That’s Post 392’s goal, said Commander Joe Keyes, who retired from the Air Force in 2006. “The camaraderie you lose when you retire from the military … it really changes,” he said. “You’re just a normal Joe. But this place, coming down and talking to all the other veterans – they understand what you’re talking about. They get it. It’s really easy to talk to them.”

    Getting younger veterans, and those still serving, to join is “key and elemental,” said John D. Lincoln III, a 27-year member of the Legion who transferred his membership into 392. Fellow post member Jon Jaillite, 45, agreed.

    “(The younger members are) the ones who are going to get the word out to the ones that are up-and-coming to join the Legion,” Jaillite said. “These kids are the ones who are going to get the active-duty members involved with us and the community. “

    Alex Hill, who served in the Air Force from 2003 to 2007, admits he didn’t know “a damn thing” about the Legion before joining in 2010. Now he’s assistant director of Post 392’s Riders. He said he’s led multiple Rider meetings and headed up the chapter’s biggest charity event.

    “I asked what I could do to help,” said Hill, 31. “That was one of the things about the Riders group. Whenever I asked what I could do to help, they’d say, ‘Well, we don’t have a sergeant-at arms. Do you want to do that? Do this, this and this.’ I was like, ‘All right, I’ll do this.’ From then on, it’s been amazing. I’ve never been a leader until I joined the post. This is something I want. I want to continue giving to veterans.”

    The Riders have been a big recruiting tool for the post. Many of the younger members joined because of the Riders and then learned more about the Legion. And they’re also one of the faces of the organization, Hill said. “We’re walking billboards,” he said. “And I’ve been riding (motorcycles) since 2006, and I’ve never found a group of people that I absolutely love to ride with, love to hang out with, (like this)."

    The mix of young and old has helped Post 392 already exceed 100 percent of its membership goal for this year; it currently has nearly 700 combined members of the Legion, American Legion Auxiliary and Sons of The American Legion. Among those are more than 150 Legion Riders, making it the largest chapter in the Department of Florida.

    The post stays active, raising more than $281,000 for various charities in the past 11 months. And when things need done at the post, it’s a family effort. SAL Commander Jim Call beamed when talking about the SAL squadron’s contributions to the outdoor area.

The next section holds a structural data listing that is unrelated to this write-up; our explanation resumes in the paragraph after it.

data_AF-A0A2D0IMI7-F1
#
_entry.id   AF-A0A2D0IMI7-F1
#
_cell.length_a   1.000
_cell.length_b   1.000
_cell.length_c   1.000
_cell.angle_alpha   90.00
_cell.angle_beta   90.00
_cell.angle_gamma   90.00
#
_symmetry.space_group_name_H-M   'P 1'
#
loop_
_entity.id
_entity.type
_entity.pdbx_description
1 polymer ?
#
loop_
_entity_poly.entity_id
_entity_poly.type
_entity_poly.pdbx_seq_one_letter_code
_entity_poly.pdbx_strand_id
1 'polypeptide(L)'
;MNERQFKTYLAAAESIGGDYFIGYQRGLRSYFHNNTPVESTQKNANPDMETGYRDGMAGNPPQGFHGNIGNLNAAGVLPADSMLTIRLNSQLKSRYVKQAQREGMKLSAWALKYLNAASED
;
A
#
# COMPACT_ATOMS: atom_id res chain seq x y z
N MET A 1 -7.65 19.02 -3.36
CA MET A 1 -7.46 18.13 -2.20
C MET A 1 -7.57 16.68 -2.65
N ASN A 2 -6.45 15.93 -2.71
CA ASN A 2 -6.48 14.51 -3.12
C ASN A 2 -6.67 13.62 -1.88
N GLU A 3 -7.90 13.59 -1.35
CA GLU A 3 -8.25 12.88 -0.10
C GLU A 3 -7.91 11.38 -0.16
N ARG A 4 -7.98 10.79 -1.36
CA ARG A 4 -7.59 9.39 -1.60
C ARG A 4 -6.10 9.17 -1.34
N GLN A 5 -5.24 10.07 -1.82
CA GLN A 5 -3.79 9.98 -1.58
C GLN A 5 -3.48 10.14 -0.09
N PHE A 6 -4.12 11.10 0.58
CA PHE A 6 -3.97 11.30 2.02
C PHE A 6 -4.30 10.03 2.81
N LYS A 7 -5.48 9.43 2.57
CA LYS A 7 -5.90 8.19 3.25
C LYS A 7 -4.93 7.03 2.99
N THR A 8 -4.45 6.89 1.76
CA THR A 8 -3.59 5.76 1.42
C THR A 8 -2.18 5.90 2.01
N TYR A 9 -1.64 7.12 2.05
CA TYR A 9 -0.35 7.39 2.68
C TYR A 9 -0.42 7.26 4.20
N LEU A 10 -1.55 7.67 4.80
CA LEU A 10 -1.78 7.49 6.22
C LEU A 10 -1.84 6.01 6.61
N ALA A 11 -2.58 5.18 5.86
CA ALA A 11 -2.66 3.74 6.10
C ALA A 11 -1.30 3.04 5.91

That family environment extends beyond the post members to their actual families. Legion Riders Chapter Director Danny Davis, a charter member of Post 392, said social media has helped the post grow – and provides a way to communicate. One member is a contractor in Afghanistan; his wife and daughter are in Panama City. “She puts on Facebook, ‘My lawnmower tire’s broke,’" Davis said. “Guess what? There’s 200 people looking at it, and somebody’s going to fix that tire. Social media is a big deal with that.”

    Bragg said he never hesitates using the traditional word of mouth to sell the Legion. “Nineteen-year-olds, brand new to the military, when they talk to me – squadron leadership – I can tell them everything in the world,” he said. “But they’re like ‘Yeah, but you’re the man, you’re the boss.’ But when they go to (Post 392) and hear it from retirees, a lot of times they take advice more seriously. And it’s good for them to network, too.

    “I highly encourage all my young guys (to join). A lot of them, I’ll tell them, ‘I’ll pay your first year’s dues if you go check this out, because you’re going to make a lot of great friends, (and) you may learn more about the Air Force than you would on your own. And at the end of the day, I say, ‘These people are going to take care of you.’”

    Providing that type of mentoring has encouraged younger members to join. But at the end of the day, it’s the membership that makes Post 392 the success it has become. “You find this kind of post once in a lifetime,” said Post Chaplain P.T. Moore, who retired from the Navy in 2003. “We have it. And we’ve been keeping it that way.”